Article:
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24 Hours to Showtime
Tewa Evans and Edna Stelling turned out to mourn a nasty man played by Don Yeager in a skit that also featured Michelle Kukurin Chris Evans and William Pattnosh.
Thursday, November 9, 2023


It was billed as a 24 Hour Theater Festival. But it turned into a 25 Hour Theater Festival, thanks to the hour gained from the end of Daylight Savings Time.

The Liberty Theatre Company invited the community to come together for a 24-hour period to form teams, brainstorm ideas, write 5- to 10-minute skits and practice them, starting promptly at 6 p.m. Saturday night.

There were only a few requirements, including one requiring them to use a red ribbon in their plays.

Frankie Duke and Megan Smith take “The plunge” in a skit about a young couple leaping into love written by Laura Duncan and directed by David Janeski.

So many adults and children wanted to take part that they had to cap participation at 50, said Naomi McDougall Jones, the theater company’s artistic director.

“It’s been chaotic mayhem,” she said as a sell-out crowd filtered into The Mint to watch the end result at 6 p.m. Sunday. “But so much fun and we saw adults, families, children come out. The thing I love about live theater is that anything can happen.”

An actor was assigned to each group, each crafting even stage directions in their scripts.

Matt Musgrove and Chris Carwithen wrote a skit about youngsters breaking into a toy store after dark.  The kids played by Clive Bates, Grace Bloedorn and Hoken Johnston finally find what they’re looking for: A life-sized robot played by Rachel Aanestad, who just finished up the Liberty Theatre Company’s run of “Chicago.”

Kerry Brokaw and, Ellie Newman took part in a skit featuring a cruise ship staff nudging a young couple to leap into love.

“This is the toy everyone’s flippin’ out about?” asks one. “She’s a robot that can be any-one,” replied another, noting the robot’s name “Annie1.”

The robot whirs to life, quoting famous figures in rapid succession as the kids challenge her to be “anyone.”

Annie grabs a velvet bag, telling the youngsters: “What the eyes see and the ears hear, the mind believes.” One boy opens the bag finding nothing in it. But Grace opens it to find gold.

One boy challenges Annie1 to fight him with a lightsaber, shades of Darth Vader, only to have the security guard played by Matt Musgrove arrive to usher them out of the store. As they go, the robot looks at Grace: “Who do you want me to be?”

Naomi McDougall Jones narrates “The Magician’s Quest” as Will Hemmings shows off his magic touch.

“I want to hug my Mom,” Grace says running into its arms.

“You know that’s a display model. You can come back anytime,” the security guard tells Grace as she walks off stage.

“I love acting—it’s just a fun thing to do. And I loved spending all day working with adults on this,” said  Bloedorn, a Sun Valley Community School student who played Grace. “I like movies, sci-fi, different genres. And I loved the creative process--how we were able to come up with an amazing script in just one day. It was such a unique experience.”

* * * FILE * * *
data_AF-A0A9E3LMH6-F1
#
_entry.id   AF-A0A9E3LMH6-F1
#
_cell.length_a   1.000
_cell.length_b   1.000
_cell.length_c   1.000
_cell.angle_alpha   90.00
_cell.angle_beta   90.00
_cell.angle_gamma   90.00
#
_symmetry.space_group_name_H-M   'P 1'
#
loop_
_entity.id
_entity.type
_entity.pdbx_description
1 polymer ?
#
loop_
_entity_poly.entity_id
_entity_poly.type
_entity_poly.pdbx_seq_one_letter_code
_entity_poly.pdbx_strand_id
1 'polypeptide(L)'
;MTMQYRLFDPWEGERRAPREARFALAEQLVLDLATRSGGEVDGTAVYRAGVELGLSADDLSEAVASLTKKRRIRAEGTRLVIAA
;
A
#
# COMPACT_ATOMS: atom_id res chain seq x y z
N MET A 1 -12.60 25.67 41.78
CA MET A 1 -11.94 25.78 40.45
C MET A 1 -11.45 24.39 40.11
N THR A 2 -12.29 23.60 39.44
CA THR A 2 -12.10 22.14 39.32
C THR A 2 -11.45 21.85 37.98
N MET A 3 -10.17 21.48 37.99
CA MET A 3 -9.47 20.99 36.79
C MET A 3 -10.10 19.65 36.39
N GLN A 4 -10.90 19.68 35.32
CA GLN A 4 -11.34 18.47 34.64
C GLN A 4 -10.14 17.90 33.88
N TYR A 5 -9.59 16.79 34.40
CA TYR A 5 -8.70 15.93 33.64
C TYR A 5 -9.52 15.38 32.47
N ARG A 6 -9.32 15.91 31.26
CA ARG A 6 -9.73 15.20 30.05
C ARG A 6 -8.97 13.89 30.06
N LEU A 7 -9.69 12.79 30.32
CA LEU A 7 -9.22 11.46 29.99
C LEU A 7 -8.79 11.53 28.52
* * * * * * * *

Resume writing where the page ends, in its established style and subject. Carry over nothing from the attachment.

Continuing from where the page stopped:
Diana Citret was part of an eight-member team that included actors Will Hemmings and three children---Mykala McCann, Finn Wohlwend and Freya Wohlwend. They brainstormed ideas about magic, and McDougall Jones and Joel Vilinsky wrote a script about three competing wizards who dig into a magic box.

Children played by Clive Bates, Hoke Johnston and Grace Bloedorn watch as a robot played by Rachel Aanestad comes to life.

“It happened so fast,” said Citret, who portrayed four parts, including the wind and a dragon.

The last line of the play was, “If you dig deep, that’s where you find treasure.”

“The whole thing was hysterical,” said Citret, who designed the costumes. “I did it because I wanted to do something outside of my comfort zone.  I’m so glad I took part because it was so creative. I learned not to worry but to play. What could possibly go wrong? Everything, but that doesn’t matter. Trust and relax and have fun.”

Michelle DeLateur, Suzanne Gerlits, Page Klune, Jamie McLean, Marline Rennels and Susan Sebold took part in a high school reunion story told in rhyme. Tewa Evans and Elise Benziger were among a handful of people taking part in a skit called “My Time Is Up,” written by teammate Michelle Kukurin.

They came together to pay their respects—or, disrepects—to an arrogant, nasty man.  

“You told me you had a vasectomy,” Edna Benziger chided the man in the box as an opera singer and crier paid by the deceased uttered loud wails. “Now I’m having a menopausal baby.”

“Taking part in this was so fun, and healing, too,” said Benziger, who has been dealing with health issues.

A sell-out crowd watched the skits, and they were generous with their laughs.

“It really was a lot of fun.  Some really funny skits, some amazing kid actors, a lot of laughter.  I was impressed,” said Susan Giannettino. 

“A lot of the participants said they hadn’t been on stage for so long,” said Musgrove. “It was so much fun to work with all the different ages and give community a chance to write and direct.”

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